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Compound of 5 Dodecahedra

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A compound of 5 dodecahedra. This model is provided in Great Stella's Polyhedron Library. If you wanted to create it from scratch, there are several ways to do it, but it's a bit tricky. See below.

Here we see how a cube may fit inside a dodecahedron. There are five ways to fit the cube in, which gives us the familiar compound of 5 cubes. On the other hand, there are two ways to fit a dodecahedron around a given cube. Consider fitting these dodecahedra around each cube in the 5-cube compound. One of the two orientations is just the original dodecahedron in which we fitted the 5 cubes, but if we use the other orientation instead, we get the compound of 5 dodecahedra.
Note above that the dodecahedron can be created by augmenting each face of a cube with a roof-shaped cap. So one way to create the 5-dodecahedron compound in Great Stella is to start with the 5-cube compound and augment each side with such a cap. To make the cap, start with the dodecahedron, drop to the "2-fold pyramidal" symmetry group, and create the three facets shown (using Create Facets Mode). Then use "Poly>Create Faceted Model" to create the cap. Use "Edit>Put Model in Memory>Memory 1" to put the model in memory. Then load the 5-cube compound and use "Poly>Augment Polyhedron" (or just hit "a"), choosing memory slot 1 as the source, to augment the model's faces with the cap.
Another way to make this model is to start with the icosidodecahedron and use "Poly>Add Base Model and Dual" (shown top left). Then create the convex hull of this model using "Poly>Create Convex Hull" (top right). This may look like the strombic hexecontahedron, but is really a slightly distorted version. It turns out that the 5-dodecahedron compound is a stellation of this model, so just find the appropriate 2D regions in the stellation diagram.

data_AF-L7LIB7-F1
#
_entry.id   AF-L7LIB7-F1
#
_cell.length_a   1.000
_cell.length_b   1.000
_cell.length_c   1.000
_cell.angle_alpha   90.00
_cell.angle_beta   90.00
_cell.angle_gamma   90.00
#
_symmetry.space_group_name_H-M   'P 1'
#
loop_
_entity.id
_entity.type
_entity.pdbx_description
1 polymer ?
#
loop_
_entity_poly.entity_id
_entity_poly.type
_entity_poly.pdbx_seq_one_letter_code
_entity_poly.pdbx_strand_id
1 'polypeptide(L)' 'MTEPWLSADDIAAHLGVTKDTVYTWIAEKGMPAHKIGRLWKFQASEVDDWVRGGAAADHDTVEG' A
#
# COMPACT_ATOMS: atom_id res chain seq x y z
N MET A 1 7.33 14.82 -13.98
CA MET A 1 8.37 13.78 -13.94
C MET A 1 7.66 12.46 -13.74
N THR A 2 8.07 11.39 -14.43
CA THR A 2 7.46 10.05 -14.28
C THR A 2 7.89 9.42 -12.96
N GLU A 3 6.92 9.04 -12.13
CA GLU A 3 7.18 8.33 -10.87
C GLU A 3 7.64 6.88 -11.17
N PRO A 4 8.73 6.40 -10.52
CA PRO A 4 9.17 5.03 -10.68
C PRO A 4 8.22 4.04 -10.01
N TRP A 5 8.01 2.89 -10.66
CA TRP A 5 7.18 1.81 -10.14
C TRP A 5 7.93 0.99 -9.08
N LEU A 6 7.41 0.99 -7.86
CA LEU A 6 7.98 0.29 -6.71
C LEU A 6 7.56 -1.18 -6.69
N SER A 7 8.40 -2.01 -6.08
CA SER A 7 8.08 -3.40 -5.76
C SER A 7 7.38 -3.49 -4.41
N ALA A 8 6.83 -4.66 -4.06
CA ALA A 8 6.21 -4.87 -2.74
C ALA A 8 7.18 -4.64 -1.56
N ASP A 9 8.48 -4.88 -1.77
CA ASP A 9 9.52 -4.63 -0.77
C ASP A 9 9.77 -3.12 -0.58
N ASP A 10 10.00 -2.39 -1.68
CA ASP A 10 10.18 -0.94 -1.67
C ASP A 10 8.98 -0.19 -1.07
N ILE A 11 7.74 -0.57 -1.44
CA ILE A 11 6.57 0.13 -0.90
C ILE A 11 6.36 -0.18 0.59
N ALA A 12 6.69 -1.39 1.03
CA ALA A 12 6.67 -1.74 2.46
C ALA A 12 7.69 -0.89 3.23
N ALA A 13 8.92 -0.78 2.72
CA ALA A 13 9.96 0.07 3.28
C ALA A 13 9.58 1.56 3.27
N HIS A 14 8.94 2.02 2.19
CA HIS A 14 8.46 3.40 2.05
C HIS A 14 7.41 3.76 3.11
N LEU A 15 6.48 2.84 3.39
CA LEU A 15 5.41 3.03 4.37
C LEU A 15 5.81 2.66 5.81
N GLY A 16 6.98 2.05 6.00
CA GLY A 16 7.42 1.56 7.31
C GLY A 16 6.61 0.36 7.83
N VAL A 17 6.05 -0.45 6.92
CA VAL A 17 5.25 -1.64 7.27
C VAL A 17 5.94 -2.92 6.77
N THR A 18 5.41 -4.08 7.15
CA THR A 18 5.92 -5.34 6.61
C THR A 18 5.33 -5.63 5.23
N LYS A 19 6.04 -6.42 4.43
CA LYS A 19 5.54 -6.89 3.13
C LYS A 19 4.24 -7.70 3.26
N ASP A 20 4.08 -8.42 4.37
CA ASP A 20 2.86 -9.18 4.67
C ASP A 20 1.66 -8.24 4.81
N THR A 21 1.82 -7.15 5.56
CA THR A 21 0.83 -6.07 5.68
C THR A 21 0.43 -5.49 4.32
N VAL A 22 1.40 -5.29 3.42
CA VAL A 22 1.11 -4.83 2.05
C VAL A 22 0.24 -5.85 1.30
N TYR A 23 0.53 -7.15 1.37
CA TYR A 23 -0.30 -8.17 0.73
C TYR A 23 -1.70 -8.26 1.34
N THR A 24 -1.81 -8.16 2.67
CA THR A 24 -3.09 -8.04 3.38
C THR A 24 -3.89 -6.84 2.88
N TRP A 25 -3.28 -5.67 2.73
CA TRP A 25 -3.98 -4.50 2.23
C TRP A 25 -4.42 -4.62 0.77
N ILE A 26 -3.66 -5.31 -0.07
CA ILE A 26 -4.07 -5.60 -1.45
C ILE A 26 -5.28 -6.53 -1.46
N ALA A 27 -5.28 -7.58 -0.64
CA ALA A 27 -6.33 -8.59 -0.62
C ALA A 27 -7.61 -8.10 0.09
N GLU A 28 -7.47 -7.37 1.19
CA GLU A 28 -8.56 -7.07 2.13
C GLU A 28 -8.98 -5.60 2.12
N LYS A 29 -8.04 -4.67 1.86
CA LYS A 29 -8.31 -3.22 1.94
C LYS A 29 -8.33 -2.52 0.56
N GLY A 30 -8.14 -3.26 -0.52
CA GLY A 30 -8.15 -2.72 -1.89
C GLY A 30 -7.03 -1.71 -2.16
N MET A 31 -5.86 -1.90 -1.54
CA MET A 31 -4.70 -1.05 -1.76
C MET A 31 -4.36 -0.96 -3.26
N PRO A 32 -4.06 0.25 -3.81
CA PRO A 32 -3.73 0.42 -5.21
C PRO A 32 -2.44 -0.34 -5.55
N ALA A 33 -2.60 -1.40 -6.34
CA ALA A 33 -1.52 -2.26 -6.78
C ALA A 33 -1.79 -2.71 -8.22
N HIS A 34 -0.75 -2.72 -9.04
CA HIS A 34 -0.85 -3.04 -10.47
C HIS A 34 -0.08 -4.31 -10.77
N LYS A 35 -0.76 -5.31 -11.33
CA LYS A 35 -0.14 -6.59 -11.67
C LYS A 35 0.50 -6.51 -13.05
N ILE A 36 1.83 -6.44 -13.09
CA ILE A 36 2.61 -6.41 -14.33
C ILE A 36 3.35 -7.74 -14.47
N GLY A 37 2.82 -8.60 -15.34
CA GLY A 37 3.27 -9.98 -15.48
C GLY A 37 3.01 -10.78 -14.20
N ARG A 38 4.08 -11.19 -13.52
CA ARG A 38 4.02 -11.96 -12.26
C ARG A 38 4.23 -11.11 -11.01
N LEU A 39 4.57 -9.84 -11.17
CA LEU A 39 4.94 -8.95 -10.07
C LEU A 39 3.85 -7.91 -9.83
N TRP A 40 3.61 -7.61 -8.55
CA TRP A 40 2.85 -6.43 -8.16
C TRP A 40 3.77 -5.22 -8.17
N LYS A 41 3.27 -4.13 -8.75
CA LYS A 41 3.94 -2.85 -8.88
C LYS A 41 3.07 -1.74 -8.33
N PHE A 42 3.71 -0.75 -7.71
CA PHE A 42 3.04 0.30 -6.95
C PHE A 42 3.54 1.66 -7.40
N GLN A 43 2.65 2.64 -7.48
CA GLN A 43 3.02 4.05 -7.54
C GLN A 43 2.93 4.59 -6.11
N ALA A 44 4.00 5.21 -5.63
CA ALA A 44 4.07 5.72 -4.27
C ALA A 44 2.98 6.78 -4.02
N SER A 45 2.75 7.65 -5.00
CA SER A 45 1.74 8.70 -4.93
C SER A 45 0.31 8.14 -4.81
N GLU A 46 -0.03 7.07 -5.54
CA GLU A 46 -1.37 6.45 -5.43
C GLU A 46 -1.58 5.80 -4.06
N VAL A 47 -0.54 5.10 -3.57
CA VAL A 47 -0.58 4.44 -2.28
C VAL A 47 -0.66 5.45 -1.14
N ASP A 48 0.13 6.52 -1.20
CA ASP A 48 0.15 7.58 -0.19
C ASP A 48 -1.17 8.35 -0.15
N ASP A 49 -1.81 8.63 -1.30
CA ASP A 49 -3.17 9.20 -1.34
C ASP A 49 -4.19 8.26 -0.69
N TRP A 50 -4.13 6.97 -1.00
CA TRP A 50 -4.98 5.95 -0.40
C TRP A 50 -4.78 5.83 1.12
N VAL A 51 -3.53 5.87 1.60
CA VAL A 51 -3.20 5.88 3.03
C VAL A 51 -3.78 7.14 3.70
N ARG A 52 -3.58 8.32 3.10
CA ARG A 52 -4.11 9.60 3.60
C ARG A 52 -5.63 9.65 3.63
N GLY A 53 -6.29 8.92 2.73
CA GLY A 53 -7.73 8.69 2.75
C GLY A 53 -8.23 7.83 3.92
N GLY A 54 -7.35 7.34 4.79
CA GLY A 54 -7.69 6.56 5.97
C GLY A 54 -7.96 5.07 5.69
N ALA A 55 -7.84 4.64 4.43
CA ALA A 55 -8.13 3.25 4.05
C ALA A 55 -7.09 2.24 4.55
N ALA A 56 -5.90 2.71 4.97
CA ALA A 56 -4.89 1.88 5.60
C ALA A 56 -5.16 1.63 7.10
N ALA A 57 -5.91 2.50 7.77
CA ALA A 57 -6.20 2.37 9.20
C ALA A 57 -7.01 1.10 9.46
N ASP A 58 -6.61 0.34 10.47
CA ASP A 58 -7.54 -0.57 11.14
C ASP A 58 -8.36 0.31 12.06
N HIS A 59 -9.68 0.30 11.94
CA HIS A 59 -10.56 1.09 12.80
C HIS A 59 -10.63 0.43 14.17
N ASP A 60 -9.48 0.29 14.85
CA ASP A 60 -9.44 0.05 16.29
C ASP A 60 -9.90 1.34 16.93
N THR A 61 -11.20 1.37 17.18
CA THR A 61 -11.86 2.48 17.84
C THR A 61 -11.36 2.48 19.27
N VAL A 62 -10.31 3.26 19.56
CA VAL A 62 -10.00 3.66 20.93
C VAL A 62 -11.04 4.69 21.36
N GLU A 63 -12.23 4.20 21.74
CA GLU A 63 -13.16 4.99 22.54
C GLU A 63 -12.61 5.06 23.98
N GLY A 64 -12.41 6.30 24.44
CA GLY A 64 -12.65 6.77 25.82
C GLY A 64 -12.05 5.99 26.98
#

Yet another way this model could be made is to start with the rhombic triacontahedron and use Create Facets Mode to create the facet shown (top right). Then use "Poly>Create Faceted Model" to create the model shown bottom left. It is one of only four isohedra with rectangular faces. Again, the 5-dodecahedron compound lies in the stellation pattern of this model.
With any of the above methods, there's a couple of things you want to do at the end to finish it off. Firstly, it would be nice to see the dual compound of 5 icosahedra (shown top left). You can't do this yet because, although the model may look right, its faces are not truly pentagons yet. Use Create Facets Mode again to create the facet shown (top right, a single pentagon). Then use "Poly>Create Faceted Model" to create the true model, consisting of intersecting pentagons. Finally, the model will currently be displayed in only a single color (bottom left), because all faces are of the same type. Use "Color>Color as a Compound" to automatically color each of the five components differently (bottom right).
At the time I found that the model doesn't really need any additional internal support to keep it solid, but in hindsight I wish I'd strengthened it a bit. Tends to dent if not careful. To finish the model, leave a hole like this.
This cap can then be made and glued over the hole.

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